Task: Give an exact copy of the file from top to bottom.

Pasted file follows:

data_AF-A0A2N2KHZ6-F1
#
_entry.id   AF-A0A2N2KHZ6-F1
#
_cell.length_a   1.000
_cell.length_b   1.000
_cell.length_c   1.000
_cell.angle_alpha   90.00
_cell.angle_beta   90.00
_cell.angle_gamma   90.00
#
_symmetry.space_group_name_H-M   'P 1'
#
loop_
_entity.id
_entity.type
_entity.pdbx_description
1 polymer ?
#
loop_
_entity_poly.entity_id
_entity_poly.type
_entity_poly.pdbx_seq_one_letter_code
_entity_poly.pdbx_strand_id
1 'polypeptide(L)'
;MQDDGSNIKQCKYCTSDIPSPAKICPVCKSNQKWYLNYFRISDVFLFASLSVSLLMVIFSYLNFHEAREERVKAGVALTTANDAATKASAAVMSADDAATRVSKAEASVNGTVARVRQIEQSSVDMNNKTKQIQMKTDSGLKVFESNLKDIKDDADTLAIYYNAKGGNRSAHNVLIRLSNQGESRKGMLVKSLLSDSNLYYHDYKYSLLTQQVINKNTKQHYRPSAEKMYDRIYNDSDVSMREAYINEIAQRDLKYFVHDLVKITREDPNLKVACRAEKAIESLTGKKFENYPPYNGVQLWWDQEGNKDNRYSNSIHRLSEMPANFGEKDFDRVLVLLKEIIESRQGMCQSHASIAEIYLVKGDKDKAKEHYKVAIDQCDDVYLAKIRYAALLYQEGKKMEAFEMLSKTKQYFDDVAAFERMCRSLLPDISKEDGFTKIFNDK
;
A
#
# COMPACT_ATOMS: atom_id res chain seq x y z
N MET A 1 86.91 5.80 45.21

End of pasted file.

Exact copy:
data_AF-A0A2N2KHZ6-F1
#
_entry.id   AF-A0A2N2KHZ6-F1
#
_cell.length_a   1.000
_cell.length_b   1.000
_cell.length_c   1.000
_cell.angle_alpha   90.00
_cell.angle_beta   90.00
_cell.angle_gamma   90.00
#
_symmetry.space_group_name_H-M   'P 1'
#
loop_
_entity.id
_entity.type
_entity.pdbx_description
1 polymer ?
#
loop_
_entity_poly.entity_id
_entity_poly.type
_entity_poly.pdbx_seq_one_letter_code
_entity_poly.pdbx_strand_id
1 'polypeptide(L)'
;MQDDGSNIKQCKYCTSDIPSPAKICPVCKSNQKWYLNYFRISDVFLFASLSVSLLMVIFSYLNFHEAREERVKAGVALTTANDAATKASAAVMSADDAATRVSKAEASVNGTVARVRQIEQSSVDMNNKTKQIQMKTDSGLKVFESNLKDIKDDADTLAIYYNAKGGNRSAHNVLIRLSNQGESRKGMLVKSLLSDSNLYYHDYKYSLLTQQVINKNTKQHYRPSAEKMYDRIYNDSDVSMREAYINEIAQRDLKYFVHDLVKITREDPNLKVACRAEKAIESLTGKKFENYPPYNGVQLWWDQEGNKDNRYSNSIHRLSEMPANFGEKDFDRVLVLLKEIIESRQGMCQSHASIAEIYLVKGDKDKAKEHYKVAIDQCDDVYLAKIRYAALLYQEGKKMEAFEMLSKTKQYFDDVAAFERMCRSLLPDISKEDGFTKIFNDK
;
A
#
# COMPACT_ATOMS: atom_id res chain seq x y z
N MET A 1 86.91 5.80 45.21